LONDON (Reuters) - The Bank of England will raise interest rates for the first time in a decade at its next meeting, a Reuters poll of economists showed on Wednesday, with a large majority saying such a move would be a mistake.
A swathe of economists in the polls completely changed tack from a survey earlier this month after surprisingly hawkish rhetoric from the central bank, which has been giving its strongest signals to date that a hike is on the way.
But 35 of 47 economists polled said now was not the time to be increasing borrowing costs.
“If we are right on wage growth and domestic inflation pressures it might start to look as though tightening measures may have been a little premature,” said Liz Martins at HSBC, explaining that the recent, modest pickup in wages could be fleeting.
Sonali Punhani at Credit Suisse was more emphatic in a client note: “We think a rate hike in November in the backdrop of weak growth, high-currency-generated inflation but weak wage pressures and uncertainty is likely to be a policy mistake.”
Britain’s inflation rate has accelerated, mainly because of the fall in sterling’s value since a narrow referendum decision in June 2016 to leave the European Union. But growth has slowed sharply and is running at half the rate of the euro zone.
Inflation hit 2.9 percent in August, much quicker than the 2 percent the Bank targets
A majority of those polled — 31 of 50 economists — now forecast the first BoE rate hike in over a decade on Nov. 2, to 0.50 percent from 0.25 percent.
That is in stark contrast to a Reuters poll taken ahead of the Sept. 14 Monetary Policy Committee meeting, in which only three of 59 economists predicted an increase before the end of this year. Even by end-2018 only around a dozen expected one or more rate rises in that survey.
“This change is not based on a revised macro outlook as ‘no-change’ remains the only policy action consistent with our growth and inflation forecast,” wrote Fabrice Montagne at Barclays, explaining their sudden forecast change.
Last week, the Bank surprised markets by saying most of its policymakers said it likely rates would need to rise in coming months, thoughts repeated by Governor Mark Carney in a speech on Monday.
There is no consensus on when the BoE will raise rates again. Only half the respondents expect a 25 basis point follow-up hike at some point next year to what would be a reversal of an emergency cut in the months after the European Union referendum.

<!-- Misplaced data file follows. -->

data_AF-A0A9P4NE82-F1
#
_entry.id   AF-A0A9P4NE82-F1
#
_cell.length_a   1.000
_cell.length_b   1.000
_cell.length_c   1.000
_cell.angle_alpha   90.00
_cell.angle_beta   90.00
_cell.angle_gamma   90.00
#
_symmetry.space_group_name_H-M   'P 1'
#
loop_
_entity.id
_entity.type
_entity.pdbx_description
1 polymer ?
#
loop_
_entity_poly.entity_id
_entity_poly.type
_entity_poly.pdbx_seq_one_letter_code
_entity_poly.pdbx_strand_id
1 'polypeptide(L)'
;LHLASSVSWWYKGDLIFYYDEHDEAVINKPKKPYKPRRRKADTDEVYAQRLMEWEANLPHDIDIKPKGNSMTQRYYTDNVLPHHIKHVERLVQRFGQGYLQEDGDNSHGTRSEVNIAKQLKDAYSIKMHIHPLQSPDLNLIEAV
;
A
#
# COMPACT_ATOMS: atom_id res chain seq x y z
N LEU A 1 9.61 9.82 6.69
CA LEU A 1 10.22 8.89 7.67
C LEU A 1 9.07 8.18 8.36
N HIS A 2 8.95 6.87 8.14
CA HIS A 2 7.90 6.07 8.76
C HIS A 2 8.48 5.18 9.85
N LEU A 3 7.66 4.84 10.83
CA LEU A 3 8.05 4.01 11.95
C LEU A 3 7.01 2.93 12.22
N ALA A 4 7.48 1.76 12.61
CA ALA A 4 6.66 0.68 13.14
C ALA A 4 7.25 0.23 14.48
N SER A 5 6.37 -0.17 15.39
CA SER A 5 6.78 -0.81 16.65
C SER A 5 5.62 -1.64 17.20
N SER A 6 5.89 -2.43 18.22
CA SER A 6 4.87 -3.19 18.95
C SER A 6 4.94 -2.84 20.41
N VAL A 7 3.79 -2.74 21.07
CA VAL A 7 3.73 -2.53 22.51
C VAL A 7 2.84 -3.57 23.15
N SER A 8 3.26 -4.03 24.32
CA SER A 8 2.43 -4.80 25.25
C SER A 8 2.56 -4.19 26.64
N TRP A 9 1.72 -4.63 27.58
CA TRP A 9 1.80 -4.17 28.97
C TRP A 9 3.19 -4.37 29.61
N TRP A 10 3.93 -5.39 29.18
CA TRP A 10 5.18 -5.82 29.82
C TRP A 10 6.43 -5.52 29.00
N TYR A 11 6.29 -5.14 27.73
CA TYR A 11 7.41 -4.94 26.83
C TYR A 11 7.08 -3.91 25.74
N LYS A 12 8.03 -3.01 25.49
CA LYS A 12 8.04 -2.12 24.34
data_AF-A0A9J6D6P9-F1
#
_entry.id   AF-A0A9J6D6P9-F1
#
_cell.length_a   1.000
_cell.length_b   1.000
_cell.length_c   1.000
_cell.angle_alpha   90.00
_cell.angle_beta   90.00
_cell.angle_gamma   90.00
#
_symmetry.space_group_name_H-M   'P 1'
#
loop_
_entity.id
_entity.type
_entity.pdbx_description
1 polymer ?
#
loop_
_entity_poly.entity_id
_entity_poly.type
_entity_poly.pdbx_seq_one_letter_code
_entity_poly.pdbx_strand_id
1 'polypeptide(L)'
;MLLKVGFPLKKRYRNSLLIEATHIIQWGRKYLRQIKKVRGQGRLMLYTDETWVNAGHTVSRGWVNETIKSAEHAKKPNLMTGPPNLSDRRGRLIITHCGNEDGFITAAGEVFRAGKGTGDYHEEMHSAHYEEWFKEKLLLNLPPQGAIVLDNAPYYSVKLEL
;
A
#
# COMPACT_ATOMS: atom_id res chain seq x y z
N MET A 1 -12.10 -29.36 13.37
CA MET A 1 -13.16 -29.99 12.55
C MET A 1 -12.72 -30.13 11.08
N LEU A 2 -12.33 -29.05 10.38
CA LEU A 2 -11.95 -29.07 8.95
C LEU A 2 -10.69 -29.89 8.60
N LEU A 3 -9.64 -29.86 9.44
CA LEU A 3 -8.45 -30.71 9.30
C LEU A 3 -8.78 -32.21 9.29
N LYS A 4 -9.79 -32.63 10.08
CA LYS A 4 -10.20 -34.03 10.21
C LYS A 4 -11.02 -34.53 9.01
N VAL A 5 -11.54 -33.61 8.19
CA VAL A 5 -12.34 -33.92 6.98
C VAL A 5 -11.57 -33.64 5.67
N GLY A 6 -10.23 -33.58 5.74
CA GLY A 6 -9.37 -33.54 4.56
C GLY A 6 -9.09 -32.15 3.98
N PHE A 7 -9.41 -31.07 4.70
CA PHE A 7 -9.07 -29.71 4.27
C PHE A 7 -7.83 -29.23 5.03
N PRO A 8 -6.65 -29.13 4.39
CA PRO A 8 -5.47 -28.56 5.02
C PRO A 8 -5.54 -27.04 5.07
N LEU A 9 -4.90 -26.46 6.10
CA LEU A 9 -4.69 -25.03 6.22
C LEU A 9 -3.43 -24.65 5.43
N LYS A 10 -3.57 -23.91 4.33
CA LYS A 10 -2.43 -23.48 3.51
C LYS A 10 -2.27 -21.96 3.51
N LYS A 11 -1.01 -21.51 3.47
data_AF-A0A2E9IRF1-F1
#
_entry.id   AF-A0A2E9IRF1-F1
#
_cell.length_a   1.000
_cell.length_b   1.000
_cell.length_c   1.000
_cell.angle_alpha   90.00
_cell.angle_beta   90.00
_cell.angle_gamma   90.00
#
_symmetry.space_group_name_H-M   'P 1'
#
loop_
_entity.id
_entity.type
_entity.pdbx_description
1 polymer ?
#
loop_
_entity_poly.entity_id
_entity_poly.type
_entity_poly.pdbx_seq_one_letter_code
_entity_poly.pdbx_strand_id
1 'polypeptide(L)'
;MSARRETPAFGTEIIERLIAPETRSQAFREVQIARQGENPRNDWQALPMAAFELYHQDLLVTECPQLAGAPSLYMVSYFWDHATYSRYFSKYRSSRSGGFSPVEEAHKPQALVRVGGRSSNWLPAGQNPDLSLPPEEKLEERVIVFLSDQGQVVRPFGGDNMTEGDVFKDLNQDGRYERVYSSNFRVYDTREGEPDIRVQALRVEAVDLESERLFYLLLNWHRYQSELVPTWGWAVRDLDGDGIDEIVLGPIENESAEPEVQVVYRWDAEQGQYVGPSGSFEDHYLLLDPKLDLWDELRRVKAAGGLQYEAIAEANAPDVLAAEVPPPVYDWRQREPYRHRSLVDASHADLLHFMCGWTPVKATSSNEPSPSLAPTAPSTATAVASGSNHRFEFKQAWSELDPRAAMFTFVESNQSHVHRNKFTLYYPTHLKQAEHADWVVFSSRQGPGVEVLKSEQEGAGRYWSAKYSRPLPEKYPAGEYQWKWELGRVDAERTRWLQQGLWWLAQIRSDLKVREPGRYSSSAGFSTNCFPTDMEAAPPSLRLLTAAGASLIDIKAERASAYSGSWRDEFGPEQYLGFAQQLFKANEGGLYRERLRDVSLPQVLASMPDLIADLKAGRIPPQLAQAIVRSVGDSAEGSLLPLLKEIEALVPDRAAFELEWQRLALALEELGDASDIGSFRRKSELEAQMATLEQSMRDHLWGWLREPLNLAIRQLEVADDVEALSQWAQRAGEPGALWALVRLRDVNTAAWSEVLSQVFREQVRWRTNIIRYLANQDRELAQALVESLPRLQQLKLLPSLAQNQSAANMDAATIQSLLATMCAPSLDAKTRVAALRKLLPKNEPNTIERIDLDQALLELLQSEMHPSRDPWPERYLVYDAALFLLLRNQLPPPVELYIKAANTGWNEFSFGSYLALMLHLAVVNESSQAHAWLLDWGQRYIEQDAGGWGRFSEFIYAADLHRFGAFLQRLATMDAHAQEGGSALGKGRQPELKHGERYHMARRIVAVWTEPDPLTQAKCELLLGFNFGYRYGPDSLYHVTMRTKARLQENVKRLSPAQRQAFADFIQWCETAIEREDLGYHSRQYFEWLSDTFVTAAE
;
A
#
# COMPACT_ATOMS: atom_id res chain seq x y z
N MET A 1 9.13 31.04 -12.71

Robert Wood at BofA-ML compared the current situation with the European Central Bank’s fateful decision, then led by President Jean-Claude Trichet, to launch two early hikes against inflation that are now widely agreed as a major policy error.
“Aside from the BoE’s history of flip-flopping on guidance that leads us to take any words with a bucket of salt, the BoE seem to us to be panicking as inflation hits a peak just as the ECB did back in 2011,” he said.
Credit Suisse’s Punhani echoed that view: “It is by no means our central view but raising rates from the zero lower bound against a backdrop of economic weakness and uncertainty is extremely risky. Ask the ECB.”
Wood said “the MPC is probably trying to talk up the currency.” At least for now, that is paying off.
Sterling hit its highest rate against the U.S. dollar since the Brexit vote on Friday after MPC member Gertjan Vlieghe, who was considered the BoE’s strongest opponent of a rate hike, also said borrowing costs might rise soon.
The turnaround in views comes despite an economy growing at half its usual pace and coincides with a BoE survey that showed no sign wages were likely to grow much more quickly. Retail sales, however, unexpectedly surged in August.
Huge uncertainties still surround the country’s scheduled March 2019 departure from the EU. But economists were mostly convinced the Bank wouldn’t need to ease policy before then. Only four of 37 said it would.
Other major central banks, such as the U.S. Federal Reserve and the Bank of Canada, have already embarked on a tightening path while the ECB is expected in October to announce plans to reduce its quantitative easing program.
Polling by Rahul Karunakar and Shrutee Sarkar; Editing by Ross Finley/Jeremy Gaunt